General Electric (GE) has a large footprint in India in diverse industries, from aviation to healthcare to energy, and has noticeable contribution to the development and growth of the Aerospace sector in India for the last couple of decades. Super Hornet is powered by GE’s F-414 engine, which has logged more than five million hours, a variation of that F414-INS6 has been selected by Indian Aeronautical Development Agency (ADA) to power the Mk2 version of the LCA Tejas. The same engine can also be used for the Advanced Medium Combat Aircraft (AMCA). The AMCA is India’s ambitious under development 5th Generation fighter.

Northrop Grumman manufactures about 40-43% of Super Hornet fuselages. In fact, the entire aft fuselage of the aircraft is built by Northrop Grumman along with innovative systems, products and solutions to government and commercial customers worldwide. The company is seeking an opportunity with Dynamitic to support logistics and maintenance of F/A-18 subsystems like structure, components, and repair.

ADU. What about the Super Hornet platform makes Boeing so confident in its performance?

AG. The U.S. Navy operates more than 800 Super Hornets and EA-18G Growlers, the electronic attack version of the F/A-18 and have logged over 2.5 million flight hours on the fleet. The Block III configuration is suited to protect India’s maritime interests as it is built to meet the broadest range of missions while benefiting from the upgrades and knowledge related to U.S. naval aviation. We anticipate the Super Hornet opening up opportunities for greater interoperability between the two navies for a more secure Indo-Pacific.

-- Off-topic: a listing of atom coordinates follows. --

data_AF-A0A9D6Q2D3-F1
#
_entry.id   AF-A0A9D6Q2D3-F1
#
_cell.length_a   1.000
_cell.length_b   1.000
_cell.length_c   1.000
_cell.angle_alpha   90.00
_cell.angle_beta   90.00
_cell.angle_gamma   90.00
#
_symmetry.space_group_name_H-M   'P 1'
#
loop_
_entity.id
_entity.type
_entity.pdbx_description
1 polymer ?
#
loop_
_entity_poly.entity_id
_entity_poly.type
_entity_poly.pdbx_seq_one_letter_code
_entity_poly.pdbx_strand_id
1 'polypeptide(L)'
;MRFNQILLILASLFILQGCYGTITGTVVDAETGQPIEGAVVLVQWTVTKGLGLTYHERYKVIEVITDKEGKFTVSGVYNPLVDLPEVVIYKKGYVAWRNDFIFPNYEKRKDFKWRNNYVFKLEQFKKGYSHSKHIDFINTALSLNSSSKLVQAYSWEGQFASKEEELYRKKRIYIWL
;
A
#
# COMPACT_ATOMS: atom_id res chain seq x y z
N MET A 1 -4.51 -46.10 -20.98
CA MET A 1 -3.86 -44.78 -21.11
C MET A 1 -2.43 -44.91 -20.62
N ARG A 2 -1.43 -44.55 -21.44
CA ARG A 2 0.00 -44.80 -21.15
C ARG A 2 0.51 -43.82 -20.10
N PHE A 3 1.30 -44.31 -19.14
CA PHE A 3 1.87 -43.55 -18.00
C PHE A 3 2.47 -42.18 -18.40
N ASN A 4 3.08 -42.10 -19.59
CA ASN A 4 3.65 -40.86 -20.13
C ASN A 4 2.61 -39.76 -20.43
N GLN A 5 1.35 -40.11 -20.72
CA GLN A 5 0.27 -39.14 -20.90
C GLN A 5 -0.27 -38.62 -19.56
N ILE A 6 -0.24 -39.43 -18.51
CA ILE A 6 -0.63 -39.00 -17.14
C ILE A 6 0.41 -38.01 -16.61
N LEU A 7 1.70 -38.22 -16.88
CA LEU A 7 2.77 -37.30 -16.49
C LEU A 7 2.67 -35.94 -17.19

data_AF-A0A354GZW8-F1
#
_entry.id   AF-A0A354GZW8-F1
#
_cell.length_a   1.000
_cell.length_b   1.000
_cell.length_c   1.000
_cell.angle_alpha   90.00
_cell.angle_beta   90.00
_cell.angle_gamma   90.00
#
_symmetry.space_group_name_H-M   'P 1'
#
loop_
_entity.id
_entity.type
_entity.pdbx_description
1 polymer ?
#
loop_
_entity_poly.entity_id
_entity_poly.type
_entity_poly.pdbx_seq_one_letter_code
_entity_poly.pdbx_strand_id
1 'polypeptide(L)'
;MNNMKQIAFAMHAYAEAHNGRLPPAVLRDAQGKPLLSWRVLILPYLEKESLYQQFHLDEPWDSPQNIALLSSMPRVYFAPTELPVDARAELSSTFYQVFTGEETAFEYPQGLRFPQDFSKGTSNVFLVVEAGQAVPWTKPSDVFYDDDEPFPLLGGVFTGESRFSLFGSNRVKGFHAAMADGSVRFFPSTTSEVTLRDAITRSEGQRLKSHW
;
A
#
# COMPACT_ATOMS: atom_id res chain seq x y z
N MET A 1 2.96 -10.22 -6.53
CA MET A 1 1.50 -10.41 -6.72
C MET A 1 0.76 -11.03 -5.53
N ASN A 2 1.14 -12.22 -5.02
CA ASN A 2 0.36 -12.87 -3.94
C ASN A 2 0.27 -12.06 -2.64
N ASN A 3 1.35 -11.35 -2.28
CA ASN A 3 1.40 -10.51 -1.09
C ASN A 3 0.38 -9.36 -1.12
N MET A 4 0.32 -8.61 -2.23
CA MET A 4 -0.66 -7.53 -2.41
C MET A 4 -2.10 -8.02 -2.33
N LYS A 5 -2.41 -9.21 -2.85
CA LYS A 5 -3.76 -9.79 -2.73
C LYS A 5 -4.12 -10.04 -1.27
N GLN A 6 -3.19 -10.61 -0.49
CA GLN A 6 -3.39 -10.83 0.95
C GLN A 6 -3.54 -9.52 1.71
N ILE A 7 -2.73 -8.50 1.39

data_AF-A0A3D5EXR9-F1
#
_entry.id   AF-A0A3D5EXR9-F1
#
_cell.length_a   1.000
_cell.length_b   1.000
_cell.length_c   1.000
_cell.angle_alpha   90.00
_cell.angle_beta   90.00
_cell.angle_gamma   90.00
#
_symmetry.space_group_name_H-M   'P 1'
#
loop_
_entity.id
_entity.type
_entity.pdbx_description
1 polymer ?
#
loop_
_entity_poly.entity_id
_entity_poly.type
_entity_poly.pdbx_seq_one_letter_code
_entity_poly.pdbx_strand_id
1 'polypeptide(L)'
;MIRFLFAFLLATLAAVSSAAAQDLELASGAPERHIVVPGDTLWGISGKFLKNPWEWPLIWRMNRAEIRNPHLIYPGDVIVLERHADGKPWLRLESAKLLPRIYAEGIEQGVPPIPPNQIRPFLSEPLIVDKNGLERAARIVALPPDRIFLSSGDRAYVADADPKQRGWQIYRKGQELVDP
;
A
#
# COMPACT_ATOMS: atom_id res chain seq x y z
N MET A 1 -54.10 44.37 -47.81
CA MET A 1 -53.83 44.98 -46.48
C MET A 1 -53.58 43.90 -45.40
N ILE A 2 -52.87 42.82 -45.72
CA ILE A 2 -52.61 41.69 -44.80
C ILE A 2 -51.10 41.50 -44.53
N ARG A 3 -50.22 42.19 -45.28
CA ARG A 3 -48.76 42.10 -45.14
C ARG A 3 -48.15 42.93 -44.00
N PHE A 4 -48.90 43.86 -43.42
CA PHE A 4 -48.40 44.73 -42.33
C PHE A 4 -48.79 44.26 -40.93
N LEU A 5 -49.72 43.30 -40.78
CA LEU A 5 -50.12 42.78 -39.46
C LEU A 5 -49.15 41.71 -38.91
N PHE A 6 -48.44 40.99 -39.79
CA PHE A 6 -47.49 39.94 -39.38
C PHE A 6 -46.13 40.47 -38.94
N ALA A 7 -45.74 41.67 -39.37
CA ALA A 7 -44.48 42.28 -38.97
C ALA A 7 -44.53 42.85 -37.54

In September 2020, Boeing successfully conducted ski-jump tests and extensive simulation studies that prove that the F/A-18 can operate from Indian Navy aircraft carriers and will meet or exceed their STOBAR performance requirements. We are also pleased with the performance of our F/A-18 Super Hornets that participated in the Operational Demonstration test flights this year in May and June. These trials were performed at India’s shore-based facility in Goa where conditions similar to that on the indigenously-developed aircraft carrier INS Vikrant were simulated. There the Super Hornet proved its ability to take off within INS Vikrant ski-jump parameters and land via arresting cable multiple times. The Super Hornets showcased several weapons payload configurations, including the carriage of two simulated Harpoon anti-ship missiles (can carry up to four), at heavy gross weights and successfully demonstrated its ability to take off from a ski jump and make an arrested landing that both met and/or exceeded the requirements for Indian Navy carriers. Following Indian Navy test requirements, no weapons were released from the aircraft, however, the F/A-18 operated with multiple weapons configurations to prove the fighter’s versatility to complete various mission requirements and did so exceptionally.